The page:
5 Student Loan Refinancing Myths That Could Cost You

refinancing myths

Today, college grads are underemployed and wondering how they can afford to make their student loan payments.

Refinancing your student loans has the potential to reduce your interest, lower your monthly payment, or help you pay off your debt sooner. However, refinancing myths may deter eligible borrowers from taking advantage of this opportunity.

While refinancing isn’t always the right choice for everyone, it can be a smart move to save you money. Before you decide what to do, carefully consider your situation and make sure you aren’t making choices based on these common misconceptions.

1. Refinancing and consolidation are the same thing.

One of the biggest refinancing myths is that refinancing is the same as consolidation. Though the terms are sometimes used interchangeably, these are two very different concepts.

“Consolidation is simply the combining of multiple student loans into one,” said Jamie Wharton, Outreach Coordinator at Earnest. The interest rate for your consolidated loan is a weighted average of the interest rates on all the loans you combined.

On the other hand, you can refinance with a single loan or multiple loans, but this involves getting a new loan with a new interest rate, Wharton explained.

Before you decide which route to take, make sure you know the difference.

2. When you refinance, you must include all of your student loans.

One of the reasons people don’t refinance is because they don’t want to refinance all of their student loans. They mistakenly believe that it’s an all-or-nothing proposition.

However, this isn’t the case. You can refinance a single loan or multiple loans.

In my own case, I used a consolidation loan to better manage my federal loans and I refinanced my private loans separately. This worked out well for me, resulting in lower interest rates all around.

“Consider looking at the current interest rates for your student loans and refinance the ones with the highest interest rates,” said Wharton.

Figure out which loans will be best managed using federal programs and which you want to take care of privately. You can mix and match in a way that provides you the biggest benefit over time.

3. Getting a refinancing quote hurts your credit score.

Unfortunately, some refinancing myths come wrapped up in general misconceptions about credit. A common belief is that getting a refinancing quote will result in a lower credit score. But that’s not true.

“When you initially check your rate for student loan refinancing, we perform … a soft inquiry or soft credit pull,” explained Wharton. “Soft inquiries do not affect your credit score.”

Many refinancing lenders start with a soft credit check. Verify that they will perform a soft pull before you request a quote, though — just to be sure. This way, you won’t see a drop in your credit.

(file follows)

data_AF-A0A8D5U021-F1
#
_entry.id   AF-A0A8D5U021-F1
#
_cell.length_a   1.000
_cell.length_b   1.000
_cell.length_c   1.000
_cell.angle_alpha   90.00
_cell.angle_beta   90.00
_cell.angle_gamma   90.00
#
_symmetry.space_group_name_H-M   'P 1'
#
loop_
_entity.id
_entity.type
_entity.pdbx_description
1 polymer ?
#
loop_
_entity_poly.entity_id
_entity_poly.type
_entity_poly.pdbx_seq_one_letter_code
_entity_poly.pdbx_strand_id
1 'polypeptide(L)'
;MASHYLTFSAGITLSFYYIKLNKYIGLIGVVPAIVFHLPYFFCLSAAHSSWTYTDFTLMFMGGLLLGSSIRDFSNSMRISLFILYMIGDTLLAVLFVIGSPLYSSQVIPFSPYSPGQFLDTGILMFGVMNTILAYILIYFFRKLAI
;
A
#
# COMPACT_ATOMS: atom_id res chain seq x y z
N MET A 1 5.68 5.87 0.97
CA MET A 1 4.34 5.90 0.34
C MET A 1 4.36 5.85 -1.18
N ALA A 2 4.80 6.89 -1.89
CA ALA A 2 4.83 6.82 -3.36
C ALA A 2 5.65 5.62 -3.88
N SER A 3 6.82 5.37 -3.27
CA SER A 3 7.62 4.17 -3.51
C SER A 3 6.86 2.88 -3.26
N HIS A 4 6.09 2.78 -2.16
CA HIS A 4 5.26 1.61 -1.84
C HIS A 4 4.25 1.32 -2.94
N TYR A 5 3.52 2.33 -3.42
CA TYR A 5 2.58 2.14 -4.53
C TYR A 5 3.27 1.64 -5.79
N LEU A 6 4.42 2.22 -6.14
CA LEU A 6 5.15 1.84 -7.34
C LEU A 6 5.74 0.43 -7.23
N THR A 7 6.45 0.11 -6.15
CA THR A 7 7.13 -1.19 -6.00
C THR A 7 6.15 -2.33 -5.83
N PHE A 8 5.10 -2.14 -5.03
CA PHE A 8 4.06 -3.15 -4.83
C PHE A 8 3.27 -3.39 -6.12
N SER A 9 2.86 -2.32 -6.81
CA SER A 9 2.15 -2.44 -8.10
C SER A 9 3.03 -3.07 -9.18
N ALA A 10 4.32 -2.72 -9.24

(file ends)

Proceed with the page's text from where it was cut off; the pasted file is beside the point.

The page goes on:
Student loans can hurt your credit score if you miss payments. Once you refinance your student loans, make sure you keep up with your payments. Just like any other loan, you must stay on top of things if you want to maintain a good financial reputation.

4. You can only refinance your student loans once.

Once you refinance your student debts, you’re stuck with that loan forever, right? Wrong.

“You can actually refinance a loan that has been previously refinanced or consolidated,” said Wharton. This may be a smart move if you’ve refinanced once and interest rates fall later. It’s also possible to refinance your debt to a variable rate if you think student loan interest will fall in the future.

But before you decide to re-refinance your loans (wow, that’s a mouthful), make sure you understand the risks and benefits.

5. You lose all forms of student loan debt relief when you refinance.

It’s true you lose access to the more generous and flexible federal student loan repayment options if you refinance your debt. But that doesn’t mean you lose all hardship protections.

Many private student loan servicers allow you to pause your payments or make interest-only payments for set periods of time. This means you can get relief if you’re temporarily unable to afford your student loan payments.

Be aware that private lenders often have stricter eligibility requirements. Only certain situations, such as job loss, may make you a candidate for hardship protections. So review your lender’s policy and see what it takes to qualify for help.

In order to make the most of this option, let your lender know as soon as you realize there’s a problem. You want to learn your options as quickly as possible and work with your lender to reduce the impact to your financial situation.

See if refinancing is right for you

Not everyone should refinance. However, the decision should be based on facts — not refinancing myths.

Take a look at your own situation and carefully consider your income and current payments.

What repayment programs do your federal loans qualify for?

What are your goals for paying off student loans and improving your cash flow right now?

If you don’t plan on using federal repayment and forgiveness programs and you qualify for a lower interest rate, refinancing your debt just may save you money.

If you’re still not sure if refinancing is right for you, ask yourself these 10 questions.

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